Objectives: To establish the accuracy of the emergency medical dispatcher’s (EMD’s) decisions to override the automated Medical Priority Dispatch System (MPDS) logic-based response code recommendations based on at-scene paramedic-applied transport acuity determinations (blue-in) and cardiac arrest (CA) findings.
Methods: A retrospective study of a 1 year dataset from the London Ambulance Service (LAS) National Health Service (NHS) Trust was undertaken. We compared all LAS “bluing in” frequency (BIQ) and cardiac arrest quotient (CAQ) outcomes of the incidents automatically recommended and accepted as CHARLIE-level codes, to those receiving EMD DELTA-overrides from the auto-recommended CHARLIE-level. We also compared the recommended DELTA-level outcomes to those in the higher ECHO-override cases.
Results: There was no significant association between outcome (CA/Blue-in) and the determinant codes (DELTA-override and CHARLIE-level) for both CA (odds ratio (OR) 0, 95% confidence interval (CI) 0 to 41.14; p = 1.000) and Blue-in categories (OR 0.89, 95% CI 0.34 to 2.33; p = 1.000). Similar patterns were observed between outcome and all DELTA-level and ECHO-override codes for both CA (OR 0, 95% CI 0 to 70.05; p = 1.000) and Blue-in categories (OR 1.17, 95% CI 0 to 7.12; p = 0.597).
Conclusion: This study contradicts the belief that EMDs can accurately perceive when a patient or situation requires more resources than the MPDS’s structured interrogation process logically indicates. This further strengthens the concept that automated, protocol-based call taking is more accurate and consistent than the subjective, anecdotal or experience-based determinations made by individual EMDs.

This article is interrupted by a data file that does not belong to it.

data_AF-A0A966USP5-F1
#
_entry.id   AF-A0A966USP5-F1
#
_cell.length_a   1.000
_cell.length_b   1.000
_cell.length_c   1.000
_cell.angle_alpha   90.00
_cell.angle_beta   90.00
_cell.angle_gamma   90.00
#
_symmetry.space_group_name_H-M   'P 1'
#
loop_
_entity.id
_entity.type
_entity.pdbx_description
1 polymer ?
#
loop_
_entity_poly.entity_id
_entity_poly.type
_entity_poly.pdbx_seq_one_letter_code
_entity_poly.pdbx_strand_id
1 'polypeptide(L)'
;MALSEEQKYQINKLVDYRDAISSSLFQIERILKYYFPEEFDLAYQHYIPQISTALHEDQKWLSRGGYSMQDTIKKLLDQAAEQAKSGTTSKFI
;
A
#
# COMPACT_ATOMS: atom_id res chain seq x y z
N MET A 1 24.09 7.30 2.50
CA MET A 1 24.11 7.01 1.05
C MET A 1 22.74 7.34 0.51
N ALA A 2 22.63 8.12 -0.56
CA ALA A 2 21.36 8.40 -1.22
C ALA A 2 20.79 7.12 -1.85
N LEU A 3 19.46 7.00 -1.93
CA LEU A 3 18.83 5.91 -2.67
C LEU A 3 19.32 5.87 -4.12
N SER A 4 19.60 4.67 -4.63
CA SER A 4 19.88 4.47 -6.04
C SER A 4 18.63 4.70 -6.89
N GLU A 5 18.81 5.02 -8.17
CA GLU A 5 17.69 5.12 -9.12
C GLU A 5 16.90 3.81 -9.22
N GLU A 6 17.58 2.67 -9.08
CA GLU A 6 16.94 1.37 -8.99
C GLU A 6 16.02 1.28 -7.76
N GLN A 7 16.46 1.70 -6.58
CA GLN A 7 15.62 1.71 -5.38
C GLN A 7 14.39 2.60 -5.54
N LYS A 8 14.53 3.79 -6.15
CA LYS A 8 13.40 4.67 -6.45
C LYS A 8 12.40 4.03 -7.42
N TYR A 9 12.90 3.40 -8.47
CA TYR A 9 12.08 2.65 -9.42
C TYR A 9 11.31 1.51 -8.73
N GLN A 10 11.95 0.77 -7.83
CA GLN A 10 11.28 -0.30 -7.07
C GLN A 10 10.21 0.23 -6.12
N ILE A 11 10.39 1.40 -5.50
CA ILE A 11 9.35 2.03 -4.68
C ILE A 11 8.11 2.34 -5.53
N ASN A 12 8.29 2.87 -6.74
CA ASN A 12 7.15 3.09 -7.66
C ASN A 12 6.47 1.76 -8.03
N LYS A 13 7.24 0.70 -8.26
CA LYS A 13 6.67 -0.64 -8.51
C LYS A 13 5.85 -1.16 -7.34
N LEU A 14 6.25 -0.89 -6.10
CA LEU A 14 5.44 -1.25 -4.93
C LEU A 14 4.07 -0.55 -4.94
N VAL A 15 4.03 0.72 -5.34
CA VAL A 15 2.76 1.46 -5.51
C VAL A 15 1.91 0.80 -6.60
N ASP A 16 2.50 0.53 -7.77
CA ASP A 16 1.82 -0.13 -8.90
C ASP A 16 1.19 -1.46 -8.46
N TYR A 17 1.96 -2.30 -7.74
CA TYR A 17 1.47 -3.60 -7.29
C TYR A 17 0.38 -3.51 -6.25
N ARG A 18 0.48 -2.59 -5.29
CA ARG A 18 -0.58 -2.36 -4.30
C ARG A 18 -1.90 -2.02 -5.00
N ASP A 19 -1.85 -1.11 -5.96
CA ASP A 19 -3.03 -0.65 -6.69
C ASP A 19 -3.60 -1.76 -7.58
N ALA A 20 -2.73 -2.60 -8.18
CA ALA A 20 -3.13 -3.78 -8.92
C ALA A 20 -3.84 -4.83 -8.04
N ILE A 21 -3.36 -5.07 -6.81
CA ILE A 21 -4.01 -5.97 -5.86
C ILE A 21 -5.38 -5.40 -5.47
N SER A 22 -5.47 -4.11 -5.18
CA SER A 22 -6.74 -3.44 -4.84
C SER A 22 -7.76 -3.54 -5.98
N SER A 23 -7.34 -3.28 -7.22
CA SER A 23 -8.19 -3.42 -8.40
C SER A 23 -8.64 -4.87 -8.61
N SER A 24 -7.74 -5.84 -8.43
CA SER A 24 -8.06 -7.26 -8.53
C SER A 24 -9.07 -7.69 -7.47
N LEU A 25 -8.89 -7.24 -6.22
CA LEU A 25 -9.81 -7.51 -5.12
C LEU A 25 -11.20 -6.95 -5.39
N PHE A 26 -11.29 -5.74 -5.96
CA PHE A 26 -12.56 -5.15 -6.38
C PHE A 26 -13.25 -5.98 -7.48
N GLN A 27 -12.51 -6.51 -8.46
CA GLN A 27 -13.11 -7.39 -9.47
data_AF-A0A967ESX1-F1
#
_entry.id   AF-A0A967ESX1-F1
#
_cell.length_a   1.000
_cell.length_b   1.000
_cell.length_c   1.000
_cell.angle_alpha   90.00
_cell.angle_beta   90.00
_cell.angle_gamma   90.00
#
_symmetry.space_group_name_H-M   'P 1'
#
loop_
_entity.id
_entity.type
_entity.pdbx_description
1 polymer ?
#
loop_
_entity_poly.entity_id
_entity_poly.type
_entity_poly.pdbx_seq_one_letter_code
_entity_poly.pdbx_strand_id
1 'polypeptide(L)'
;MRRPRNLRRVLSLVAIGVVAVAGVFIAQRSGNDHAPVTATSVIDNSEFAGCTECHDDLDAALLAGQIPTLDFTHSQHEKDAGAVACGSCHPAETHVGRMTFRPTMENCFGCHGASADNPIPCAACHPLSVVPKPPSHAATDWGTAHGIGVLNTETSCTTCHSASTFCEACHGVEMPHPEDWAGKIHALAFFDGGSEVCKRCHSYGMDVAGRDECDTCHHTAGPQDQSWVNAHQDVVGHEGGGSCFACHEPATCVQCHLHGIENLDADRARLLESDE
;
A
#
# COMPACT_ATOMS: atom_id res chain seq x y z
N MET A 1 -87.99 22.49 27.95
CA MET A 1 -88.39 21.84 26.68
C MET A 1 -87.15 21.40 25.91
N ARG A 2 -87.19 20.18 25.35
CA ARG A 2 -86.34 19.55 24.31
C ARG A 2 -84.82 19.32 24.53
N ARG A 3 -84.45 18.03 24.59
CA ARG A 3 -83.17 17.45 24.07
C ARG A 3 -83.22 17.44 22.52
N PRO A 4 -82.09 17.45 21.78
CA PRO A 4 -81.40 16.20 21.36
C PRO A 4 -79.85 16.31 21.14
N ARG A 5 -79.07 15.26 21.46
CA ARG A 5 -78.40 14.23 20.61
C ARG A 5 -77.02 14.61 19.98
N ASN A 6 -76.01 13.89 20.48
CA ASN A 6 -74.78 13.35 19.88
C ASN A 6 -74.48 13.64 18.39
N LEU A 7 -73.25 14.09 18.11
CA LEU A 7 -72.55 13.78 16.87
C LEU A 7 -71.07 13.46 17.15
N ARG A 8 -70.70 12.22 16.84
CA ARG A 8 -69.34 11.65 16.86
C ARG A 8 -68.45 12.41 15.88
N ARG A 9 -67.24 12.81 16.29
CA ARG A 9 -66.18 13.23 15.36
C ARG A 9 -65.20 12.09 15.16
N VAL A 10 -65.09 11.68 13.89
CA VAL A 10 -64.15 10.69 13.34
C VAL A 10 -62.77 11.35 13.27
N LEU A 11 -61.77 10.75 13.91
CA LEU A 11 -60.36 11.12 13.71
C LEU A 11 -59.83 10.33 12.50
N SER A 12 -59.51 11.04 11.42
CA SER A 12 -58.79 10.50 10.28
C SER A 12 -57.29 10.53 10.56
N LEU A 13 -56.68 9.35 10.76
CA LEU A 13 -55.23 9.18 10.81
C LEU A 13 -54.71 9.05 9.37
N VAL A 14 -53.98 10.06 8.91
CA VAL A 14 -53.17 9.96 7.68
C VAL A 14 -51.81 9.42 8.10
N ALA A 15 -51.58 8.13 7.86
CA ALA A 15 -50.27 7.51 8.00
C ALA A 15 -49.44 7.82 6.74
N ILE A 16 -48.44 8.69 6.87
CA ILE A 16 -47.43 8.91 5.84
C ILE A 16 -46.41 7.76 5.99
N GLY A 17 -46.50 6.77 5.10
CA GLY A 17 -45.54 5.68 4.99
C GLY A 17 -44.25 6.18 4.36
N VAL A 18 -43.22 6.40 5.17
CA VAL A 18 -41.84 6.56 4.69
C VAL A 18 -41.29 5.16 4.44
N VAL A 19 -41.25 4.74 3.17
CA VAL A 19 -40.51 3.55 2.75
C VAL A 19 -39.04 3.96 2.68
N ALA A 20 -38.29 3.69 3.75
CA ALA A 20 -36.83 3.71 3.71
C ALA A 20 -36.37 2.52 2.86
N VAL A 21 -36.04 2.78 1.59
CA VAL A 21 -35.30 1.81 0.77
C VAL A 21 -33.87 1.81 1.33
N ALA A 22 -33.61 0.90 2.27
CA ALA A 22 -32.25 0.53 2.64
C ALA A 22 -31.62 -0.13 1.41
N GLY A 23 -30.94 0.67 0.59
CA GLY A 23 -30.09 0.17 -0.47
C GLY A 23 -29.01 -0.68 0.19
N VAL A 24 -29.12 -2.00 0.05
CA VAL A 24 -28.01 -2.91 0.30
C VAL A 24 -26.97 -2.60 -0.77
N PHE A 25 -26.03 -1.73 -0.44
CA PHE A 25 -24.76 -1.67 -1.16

- BIQ, “bluing in” percentage quotient
- CA, cardiac arrest
- CAQ, cardiac arrest percentage quotient
- EMD, emergency medical dispatcher
- IAED, International Academies of Emergency Dispatch
- LAS, London Ambulance Service
- MPDS, Medical Priority Dispatch System
- NHS, National Health Service
Statistics from Altmetric.com
If you wish to reuse any or all of this article please use the link below which will take you to the Copyright Clearance Center’s RightsLink service. You will be able to get a quick price and instant permission to reuse the content in many different ways.
Source of support: No specific funding was provided outside of the employment relationships noted in the competing interests section below.
Conflict of interest: JC is CEO and Medical Director of the Research and Standards Division of Priority Dispatch Corp. and member of the Council of Standards, Board of Certification, and Board of Trustees of the International Academies of Emergency Dispatch. He is the inventor of the Medical Priority Dispatch Protocol and Quality Assurance System studied herein. BP is Academics and Standards Editor for the IAED and Chair of the IAED Council of Research. CO is a medical informatics researcher and statistical expert employed part-time by the IAED for study development and validation only. AH is the Priority Dispatch Development Officer for the London Ambulance Service NHS Trust and the Emergency Call Management Advisor with lead on Call Categorisation at the Department of Health, UK. GS is a Medical Protocol and Quality Assurance Consultant, Priority Dispatch Corporation.
Ethical approval: Not required. All the data were gleaned from a specific 999 call aggregate database not containing any patient identifying information.
Contributors: AH de-identified, aggregated and provided the initial one-year 999 call and outcome database. JC conceived the study idea, formulated the initial study plan and protocol. JC, AH, BP, GS, and CO drafted the manuscript, which was revised based on the comments of all authors. CO provided the statistical structure and validation of the data.